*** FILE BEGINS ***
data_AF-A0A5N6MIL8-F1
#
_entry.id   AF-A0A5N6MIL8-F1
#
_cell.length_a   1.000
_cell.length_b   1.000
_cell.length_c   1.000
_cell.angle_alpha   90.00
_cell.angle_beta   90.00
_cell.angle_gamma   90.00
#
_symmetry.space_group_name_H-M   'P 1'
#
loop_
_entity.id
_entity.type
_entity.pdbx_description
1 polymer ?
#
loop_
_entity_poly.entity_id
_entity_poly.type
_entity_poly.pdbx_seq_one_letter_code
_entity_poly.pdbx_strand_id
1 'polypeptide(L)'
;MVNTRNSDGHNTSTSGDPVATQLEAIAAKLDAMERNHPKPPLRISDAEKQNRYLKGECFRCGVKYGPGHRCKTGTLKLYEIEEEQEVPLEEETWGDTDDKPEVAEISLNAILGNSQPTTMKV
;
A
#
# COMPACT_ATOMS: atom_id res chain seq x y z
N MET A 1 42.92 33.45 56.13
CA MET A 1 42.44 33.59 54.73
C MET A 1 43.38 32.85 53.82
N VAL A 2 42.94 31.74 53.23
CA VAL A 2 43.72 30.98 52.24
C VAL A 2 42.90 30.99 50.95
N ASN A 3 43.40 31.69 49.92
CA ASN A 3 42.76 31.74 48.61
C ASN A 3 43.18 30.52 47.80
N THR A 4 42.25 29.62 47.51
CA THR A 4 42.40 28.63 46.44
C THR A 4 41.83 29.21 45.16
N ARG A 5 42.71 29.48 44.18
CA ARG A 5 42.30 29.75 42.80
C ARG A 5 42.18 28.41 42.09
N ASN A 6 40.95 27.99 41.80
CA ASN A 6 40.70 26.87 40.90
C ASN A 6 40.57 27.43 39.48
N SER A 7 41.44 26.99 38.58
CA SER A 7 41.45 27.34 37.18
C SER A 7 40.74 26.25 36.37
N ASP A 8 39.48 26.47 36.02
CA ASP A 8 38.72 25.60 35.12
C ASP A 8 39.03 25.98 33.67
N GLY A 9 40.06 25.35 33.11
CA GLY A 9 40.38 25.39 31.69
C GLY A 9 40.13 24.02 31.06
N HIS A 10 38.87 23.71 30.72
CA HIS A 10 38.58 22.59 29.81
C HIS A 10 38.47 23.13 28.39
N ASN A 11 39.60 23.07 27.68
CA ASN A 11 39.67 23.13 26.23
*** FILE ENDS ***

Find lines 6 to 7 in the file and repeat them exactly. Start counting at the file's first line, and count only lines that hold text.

_cell.length_b   1.000
_cell.length_c   1.000